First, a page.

The Beauty of Changing Our Minds

Breanne Szabados

© Copyright 2022 by Breanne Szabados

Photo by Ali Kazal courtesy of Unsplash.
Photo by Ali Kazal courtesy of Unsplash.

As Iíve gotten older, the things that are important to me and the things that I ultimately want have changed. I suppose this is a normal and natural part of being a human being, but for most of my life, I felt like it was not really an option; that I needed to have it all figured out and had no flexibility to pivot or change my mind. Itís actually a really comforting place to be to allow for change. When I was in my twenties, most of the things I wanted were influenced by my family and the way I was raised, as well as what society told me I should want (a good job, marriage, kids, owning a home, etc.). Sadly, I never gave much thought to what I truly wanted. As a result, a lot of things didnít work out for me in the long term or make me happy (relationships, jobs, living situations, etc.). It wasnít until I started giving it serious thought and really digging deep to find out what I truly wanted for my life that things started revealing themselves to me and falling into place in ways that made so much more sense for my life and happiness.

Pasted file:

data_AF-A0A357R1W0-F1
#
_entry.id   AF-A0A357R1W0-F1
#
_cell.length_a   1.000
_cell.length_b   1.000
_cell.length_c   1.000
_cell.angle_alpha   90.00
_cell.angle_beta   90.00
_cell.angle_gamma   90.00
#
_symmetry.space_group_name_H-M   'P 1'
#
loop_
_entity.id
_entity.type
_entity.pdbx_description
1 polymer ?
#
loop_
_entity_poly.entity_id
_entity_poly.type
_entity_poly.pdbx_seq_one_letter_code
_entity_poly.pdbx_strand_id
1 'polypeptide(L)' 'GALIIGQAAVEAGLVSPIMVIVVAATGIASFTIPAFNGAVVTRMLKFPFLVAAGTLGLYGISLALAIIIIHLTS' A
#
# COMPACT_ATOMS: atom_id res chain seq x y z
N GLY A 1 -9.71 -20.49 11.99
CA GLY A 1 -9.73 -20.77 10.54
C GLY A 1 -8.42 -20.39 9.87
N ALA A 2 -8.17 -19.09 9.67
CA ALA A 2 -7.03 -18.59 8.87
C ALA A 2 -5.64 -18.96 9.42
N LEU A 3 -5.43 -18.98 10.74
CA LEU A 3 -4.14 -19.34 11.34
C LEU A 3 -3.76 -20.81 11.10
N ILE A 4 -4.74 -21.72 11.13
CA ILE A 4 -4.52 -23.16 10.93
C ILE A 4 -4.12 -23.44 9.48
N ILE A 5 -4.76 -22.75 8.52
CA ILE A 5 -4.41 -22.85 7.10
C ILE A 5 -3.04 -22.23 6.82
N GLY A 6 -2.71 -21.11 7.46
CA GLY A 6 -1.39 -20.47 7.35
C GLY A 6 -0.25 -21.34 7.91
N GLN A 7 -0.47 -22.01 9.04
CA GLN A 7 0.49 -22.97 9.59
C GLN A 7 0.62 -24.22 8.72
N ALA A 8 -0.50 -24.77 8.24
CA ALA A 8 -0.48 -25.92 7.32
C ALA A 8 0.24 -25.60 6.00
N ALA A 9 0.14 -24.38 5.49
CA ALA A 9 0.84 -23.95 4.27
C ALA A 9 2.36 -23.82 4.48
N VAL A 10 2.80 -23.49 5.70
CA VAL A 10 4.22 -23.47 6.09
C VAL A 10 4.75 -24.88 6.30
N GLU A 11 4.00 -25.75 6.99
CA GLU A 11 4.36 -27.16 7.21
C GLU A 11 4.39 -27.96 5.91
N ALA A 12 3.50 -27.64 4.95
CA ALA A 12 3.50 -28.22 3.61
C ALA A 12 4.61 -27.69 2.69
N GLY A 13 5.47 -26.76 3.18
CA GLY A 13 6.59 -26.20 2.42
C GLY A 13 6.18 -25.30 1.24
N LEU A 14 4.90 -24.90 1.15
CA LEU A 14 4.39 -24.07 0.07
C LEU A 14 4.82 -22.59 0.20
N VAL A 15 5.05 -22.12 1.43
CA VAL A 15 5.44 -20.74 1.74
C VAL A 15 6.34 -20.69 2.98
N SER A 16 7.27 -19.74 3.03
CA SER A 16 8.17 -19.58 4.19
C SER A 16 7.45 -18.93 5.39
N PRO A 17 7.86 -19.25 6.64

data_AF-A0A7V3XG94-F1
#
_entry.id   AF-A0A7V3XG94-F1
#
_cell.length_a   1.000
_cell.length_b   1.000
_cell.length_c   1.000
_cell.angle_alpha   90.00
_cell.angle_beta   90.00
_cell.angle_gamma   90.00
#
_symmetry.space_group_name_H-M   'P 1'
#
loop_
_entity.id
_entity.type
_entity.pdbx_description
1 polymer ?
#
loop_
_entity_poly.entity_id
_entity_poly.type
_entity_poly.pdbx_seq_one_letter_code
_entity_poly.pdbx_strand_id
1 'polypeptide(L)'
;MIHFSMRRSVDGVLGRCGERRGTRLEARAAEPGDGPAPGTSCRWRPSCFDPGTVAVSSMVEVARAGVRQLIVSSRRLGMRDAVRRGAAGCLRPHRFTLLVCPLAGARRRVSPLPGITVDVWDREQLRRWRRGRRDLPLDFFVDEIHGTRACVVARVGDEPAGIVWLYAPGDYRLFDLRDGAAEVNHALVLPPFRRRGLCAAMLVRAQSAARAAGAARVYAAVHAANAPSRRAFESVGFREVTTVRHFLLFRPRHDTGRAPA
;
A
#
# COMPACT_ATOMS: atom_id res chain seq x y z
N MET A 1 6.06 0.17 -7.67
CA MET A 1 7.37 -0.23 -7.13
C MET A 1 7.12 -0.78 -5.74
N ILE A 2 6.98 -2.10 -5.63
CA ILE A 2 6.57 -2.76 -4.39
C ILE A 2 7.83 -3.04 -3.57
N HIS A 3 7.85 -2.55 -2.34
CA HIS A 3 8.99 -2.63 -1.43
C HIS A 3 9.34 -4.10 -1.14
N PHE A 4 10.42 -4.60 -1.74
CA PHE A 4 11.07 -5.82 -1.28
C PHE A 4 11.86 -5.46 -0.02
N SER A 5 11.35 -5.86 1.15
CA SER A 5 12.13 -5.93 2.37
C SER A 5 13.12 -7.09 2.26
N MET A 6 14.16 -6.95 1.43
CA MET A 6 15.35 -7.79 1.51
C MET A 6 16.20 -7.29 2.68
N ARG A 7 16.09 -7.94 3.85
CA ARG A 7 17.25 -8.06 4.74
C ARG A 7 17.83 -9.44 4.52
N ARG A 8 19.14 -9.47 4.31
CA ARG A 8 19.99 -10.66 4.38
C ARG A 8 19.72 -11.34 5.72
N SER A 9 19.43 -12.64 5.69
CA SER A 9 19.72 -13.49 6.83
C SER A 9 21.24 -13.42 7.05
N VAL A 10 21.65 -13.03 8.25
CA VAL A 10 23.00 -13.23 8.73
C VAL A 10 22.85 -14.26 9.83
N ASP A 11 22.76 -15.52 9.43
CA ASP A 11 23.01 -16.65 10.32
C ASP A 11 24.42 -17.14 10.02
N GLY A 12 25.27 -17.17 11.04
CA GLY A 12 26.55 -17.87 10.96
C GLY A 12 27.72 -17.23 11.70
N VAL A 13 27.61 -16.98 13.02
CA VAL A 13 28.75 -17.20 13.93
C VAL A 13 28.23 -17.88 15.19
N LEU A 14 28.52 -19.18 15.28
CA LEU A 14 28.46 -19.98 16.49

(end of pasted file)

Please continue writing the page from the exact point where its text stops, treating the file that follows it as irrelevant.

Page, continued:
I also used to feel like I didnít have the flexibility to change what I wanted in life in any area of life. That I always had to want marriage or children or a job where I climbed the corporate ladder and had a lot of stress and responsibility; that once I had a job, I couldnít do something else instead. How freeing when I finally gave myself permission to change my mind! To not really care what anyone thought I should want or what was right for me. Because no one else will ever know what it is that will ultimately make me happy or bring me fulfillment in my life. It took me way too long to arrive at that conclusion, but I can honestly say that I am a healthier, happier, more content person now, living my life from this place of authenticity instead of trying to force myself and my life into some picture of happiness that doesnít resonate for me. Every time I have tried to do that, it has always ended up creating discontent and resentment because I was trying to live up to some ideal that wasnít really true to me. Maybe some of this naturally comes with age, maybe it is breaking free of expectations that I have always felt were placed on me as a woman, but instead of judging myself for all of the choices I have made in my life, I am able to give myself grace for the younger version of myself, who had no idea what she was doing. Not that I have all of the answers now, but I have learned to embrace this space of not knowing everything, not having all (or really any) of the answers. And ultimately, to be open to changing my mind and following my intuition, even when it seems like a complete shift from where I am in any given moment.